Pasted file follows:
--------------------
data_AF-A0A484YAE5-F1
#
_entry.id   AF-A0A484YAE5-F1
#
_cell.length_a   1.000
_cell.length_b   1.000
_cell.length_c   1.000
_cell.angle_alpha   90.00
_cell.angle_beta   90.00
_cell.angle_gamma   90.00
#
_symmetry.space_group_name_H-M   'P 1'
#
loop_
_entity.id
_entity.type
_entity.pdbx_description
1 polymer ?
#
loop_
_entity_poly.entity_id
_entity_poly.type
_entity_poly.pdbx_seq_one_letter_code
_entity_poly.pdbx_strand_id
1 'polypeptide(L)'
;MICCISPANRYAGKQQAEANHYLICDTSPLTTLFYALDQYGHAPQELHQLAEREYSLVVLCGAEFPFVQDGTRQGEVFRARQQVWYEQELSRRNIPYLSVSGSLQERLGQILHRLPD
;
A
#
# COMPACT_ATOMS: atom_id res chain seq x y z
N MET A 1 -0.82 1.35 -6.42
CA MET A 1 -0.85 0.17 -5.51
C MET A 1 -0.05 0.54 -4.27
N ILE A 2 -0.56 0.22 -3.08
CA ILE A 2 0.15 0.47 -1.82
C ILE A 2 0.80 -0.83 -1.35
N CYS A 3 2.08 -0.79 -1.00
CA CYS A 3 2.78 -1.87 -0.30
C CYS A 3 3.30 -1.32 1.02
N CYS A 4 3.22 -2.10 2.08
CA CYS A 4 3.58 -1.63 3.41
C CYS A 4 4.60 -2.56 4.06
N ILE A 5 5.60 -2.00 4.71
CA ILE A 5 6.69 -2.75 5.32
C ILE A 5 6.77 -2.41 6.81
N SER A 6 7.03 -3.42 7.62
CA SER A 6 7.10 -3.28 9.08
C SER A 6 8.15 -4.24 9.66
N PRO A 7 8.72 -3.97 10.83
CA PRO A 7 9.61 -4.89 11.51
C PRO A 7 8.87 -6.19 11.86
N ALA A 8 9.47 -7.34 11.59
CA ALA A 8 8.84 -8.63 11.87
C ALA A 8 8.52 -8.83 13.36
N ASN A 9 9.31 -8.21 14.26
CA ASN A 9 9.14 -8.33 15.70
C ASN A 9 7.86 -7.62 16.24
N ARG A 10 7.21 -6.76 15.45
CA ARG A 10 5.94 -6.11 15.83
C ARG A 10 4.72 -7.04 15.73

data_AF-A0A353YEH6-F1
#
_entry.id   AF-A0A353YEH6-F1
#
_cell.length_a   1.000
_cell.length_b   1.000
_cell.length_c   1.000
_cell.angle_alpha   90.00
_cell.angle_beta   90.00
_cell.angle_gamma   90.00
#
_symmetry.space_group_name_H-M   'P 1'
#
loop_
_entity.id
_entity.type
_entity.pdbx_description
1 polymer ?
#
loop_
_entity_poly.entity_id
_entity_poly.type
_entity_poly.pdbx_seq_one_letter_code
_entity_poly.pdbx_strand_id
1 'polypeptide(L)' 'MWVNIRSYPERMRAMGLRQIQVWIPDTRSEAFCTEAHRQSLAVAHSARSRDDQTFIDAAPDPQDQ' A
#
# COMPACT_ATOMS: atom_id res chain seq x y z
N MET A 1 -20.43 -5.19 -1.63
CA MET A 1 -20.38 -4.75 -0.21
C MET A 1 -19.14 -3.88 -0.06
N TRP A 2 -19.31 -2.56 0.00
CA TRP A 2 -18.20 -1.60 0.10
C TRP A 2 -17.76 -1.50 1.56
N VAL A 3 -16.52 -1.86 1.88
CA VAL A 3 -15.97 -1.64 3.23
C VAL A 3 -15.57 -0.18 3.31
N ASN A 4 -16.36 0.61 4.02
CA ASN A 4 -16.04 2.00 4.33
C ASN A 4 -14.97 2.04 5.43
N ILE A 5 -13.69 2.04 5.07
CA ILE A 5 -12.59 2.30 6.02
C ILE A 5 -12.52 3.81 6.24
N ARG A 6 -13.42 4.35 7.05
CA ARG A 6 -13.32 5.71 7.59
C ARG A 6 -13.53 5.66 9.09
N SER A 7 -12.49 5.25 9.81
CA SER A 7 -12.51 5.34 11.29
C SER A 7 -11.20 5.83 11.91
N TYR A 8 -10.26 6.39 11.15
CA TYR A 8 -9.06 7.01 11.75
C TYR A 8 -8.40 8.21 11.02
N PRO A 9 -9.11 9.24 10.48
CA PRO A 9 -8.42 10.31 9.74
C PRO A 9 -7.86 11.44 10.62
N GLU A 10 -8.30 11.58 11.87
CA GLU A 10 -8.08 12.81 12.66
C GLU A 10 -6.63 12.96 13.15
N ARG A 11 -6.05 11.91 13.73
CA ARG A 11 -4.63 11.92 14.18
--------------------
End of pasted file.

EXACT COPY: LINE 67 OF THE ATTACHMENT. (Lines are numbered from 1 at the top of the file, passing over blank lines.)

_cell.length_c   1.000